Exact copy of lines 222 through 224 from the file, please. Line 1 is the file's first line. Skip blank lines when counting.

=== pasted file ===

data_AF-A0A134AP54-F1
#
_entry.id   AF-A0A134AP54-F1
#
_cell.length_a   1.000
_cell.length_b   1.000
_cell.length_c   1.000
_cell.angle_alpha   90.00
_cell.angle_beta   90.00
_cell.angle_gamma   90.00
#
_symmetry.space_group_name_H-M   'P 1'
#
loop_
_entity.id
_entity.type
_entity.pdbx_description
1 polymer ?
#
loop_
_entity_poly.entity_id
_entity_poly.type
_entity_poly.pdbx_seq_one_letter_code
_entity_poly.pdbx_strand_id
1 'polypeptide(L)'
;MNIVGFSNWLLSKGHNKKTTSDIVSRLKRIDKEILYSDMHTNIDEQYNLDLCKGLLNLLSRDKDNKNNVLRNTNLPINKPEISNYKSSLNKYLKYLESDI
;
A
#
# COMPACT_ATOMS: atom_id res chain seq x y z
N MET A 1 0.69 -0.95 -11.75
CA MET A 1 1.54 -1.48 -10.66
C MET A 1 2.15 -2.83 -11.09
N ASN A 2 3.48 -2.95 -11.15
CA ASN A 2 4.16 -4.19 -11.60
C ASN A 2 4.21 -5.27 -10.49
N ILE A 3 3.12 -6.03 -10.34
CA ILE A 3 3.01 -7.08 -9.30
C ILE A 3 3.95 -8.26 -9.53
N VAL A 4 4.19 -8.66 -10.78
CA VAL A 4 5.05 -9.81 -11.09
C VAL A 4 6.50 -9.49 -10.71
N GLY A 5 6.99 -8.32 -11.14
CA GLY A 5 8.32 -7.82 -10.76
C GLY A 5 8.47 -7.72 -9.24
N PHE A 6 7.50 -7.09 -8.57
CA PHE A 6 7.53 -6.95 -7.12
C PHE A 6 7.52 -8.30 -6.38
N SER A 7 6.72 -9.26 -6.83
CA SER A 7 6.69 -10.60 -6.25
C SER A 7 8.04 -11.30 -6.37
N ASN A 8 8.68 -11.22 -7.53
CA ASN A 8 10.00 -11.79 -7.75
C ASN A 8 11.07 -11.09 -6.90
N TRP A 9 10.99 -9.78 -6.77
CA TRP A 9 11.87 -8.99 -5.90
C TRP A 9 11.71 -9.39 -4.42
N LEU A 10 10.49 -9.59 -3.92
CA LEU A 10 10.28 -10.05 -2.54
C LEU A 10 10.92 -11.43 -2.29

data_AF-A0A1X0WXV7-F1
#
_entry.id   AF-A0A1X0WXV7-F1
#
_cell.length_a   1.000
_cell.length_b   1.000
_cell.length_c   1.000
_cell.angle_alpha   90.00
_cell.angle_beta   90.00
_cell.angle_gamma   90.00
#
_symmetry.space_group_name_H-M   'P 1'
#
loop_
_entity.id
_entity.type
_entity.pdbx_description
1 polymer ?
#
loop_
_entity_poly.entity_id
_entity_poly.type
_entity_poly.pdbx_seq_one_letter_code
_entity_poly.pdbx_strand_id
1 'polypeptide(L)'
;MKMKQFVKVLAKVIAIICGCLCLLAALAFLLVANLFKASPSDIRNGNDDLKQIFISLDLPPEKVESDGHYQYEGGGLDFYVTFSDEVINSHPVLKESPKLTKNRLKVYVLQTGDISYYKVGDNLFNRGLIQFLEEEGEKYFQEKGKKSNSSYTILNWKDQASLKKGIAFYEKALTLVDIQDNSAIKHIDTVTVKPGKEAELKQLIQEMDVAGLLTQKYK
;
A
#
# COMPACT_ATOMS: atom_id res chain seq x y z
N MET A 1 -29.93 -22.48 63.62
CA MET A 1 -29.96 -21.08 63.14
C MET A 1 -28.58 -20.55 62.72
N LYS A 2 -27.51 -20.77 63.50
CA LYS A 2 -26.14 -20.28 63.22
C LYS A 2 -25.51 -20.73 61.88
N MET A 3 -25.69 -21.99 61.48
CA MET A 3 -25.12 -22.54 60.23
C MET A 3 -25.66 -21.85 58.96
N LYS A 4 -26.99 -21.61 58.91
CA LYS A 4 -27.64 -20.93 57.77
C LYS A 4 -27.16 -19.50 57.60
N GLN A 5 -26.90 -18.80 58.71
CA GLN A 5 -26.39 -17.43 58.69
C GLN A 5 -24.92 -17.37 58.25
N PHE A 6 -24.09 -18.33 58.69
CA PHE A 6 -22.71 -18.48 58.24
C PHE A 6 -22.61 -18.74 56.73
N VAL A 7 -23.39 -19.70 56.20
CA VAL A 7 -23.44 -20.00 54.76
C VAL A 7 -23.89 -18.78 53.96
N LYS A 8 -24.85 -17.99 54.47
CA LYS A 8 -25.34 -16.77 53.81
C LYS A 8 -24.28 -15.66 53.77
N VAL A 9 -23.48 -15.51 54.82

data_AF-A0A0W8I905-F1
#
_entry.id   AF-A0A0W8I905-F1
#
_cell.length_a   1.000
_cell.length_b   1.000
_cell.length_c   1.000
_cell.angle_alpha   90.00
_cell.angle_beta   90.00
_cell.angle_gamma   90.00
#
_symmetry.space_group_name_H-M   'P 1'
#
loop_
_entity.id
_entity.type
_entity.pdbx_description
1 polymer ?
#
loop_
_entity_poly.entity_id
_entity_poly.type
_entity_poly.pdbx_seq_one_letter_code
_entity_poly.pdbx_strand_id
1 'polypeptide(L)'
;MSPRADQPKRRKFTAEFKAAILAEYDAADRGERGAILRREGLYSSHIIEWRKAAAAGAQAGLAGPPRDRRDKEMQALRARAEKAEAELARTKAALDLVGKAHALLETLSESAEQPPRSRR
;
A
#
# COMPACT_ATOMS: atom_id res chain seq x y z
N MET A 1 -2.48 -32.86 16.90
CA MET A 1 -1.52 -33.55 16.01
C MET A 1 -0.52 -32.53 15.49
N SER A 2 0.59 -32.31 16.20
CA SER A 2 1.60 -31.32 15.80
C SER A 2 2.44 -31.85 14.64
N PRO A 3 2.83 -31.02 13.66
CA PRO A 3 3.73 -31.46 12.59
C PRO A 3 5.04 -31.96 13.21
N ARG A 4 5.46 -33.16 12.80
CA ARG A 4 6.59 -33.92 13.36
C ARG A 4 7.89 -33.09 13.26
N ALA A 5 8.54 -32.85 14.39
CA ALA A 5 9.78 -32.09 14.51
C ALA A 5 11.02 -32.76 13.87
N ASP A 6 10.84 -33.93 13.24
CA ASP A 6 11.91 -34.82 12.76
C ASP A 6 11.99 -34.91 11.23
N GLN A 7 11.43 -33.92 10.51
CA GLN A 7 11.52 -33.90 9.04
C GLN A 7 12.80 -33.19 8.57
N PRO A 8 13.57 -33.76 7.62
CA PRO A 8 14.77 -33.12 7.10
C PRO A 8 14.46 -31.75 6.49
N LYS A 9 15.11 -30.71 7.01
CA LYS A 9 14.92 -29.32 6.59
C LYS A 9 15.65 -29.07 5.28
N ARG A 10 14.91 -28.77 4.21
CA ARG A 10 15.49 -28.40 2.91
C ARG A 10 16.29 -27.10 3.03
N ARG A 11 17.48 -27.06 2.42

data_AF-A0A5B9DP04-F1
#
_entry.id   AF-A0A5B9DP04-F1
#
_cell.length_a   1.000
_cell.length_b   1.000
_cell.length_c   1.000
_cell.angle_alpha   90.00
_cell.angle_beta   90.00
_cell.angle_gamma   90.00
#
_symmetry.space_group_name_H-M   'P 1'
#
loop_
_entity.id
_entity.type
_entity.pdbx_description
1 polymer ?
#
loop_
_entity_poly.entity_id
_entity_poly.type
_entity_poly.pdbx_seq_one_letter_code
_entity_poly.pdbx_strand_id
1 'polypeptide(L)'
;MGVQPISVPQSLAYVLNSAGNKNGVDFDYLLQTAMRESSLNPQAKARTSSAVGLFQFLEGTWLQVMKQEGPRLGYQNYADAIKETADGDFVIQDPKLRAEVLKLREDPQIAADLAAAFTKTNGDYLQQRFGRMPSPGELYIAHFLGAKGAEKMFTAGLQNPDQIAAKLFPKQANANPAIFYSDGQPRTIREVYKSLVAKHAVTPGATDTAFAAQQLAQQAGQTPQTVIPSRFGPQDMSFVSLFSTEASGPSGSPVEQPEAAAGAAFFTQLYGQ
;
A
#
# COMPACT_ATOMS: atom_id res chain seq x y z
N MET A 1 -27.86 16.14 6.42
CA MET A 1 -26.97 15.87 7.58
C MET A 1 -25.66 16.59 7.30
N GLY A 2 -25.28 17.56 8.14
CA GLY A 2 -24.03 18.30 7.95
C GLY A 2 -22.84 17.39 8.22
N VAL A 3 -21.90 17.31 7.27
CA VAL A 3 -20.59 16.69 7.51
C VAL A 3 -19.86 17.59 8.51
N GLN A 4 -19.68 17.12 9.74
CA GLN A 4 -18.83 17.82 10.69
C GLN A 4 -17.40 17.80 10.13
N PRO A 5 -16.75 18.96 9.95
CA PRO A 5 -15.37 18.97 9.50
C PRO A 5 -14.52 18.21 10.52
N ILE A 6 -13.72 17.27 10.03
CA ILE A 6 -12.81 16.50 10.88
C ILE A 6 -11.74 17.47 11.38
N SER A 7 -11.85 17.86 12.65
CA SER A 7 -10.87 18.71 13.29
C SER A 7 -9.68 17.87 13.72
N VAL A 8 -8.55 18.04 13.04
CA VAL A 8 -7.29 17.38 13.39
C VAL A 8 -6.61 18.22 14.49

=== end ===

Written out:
N ILE A 6 -13.72 17.27 10.03
CA ILE A 6 -12.81 16.50 10.88
C ILE A 6 -11.74 17.47 11.38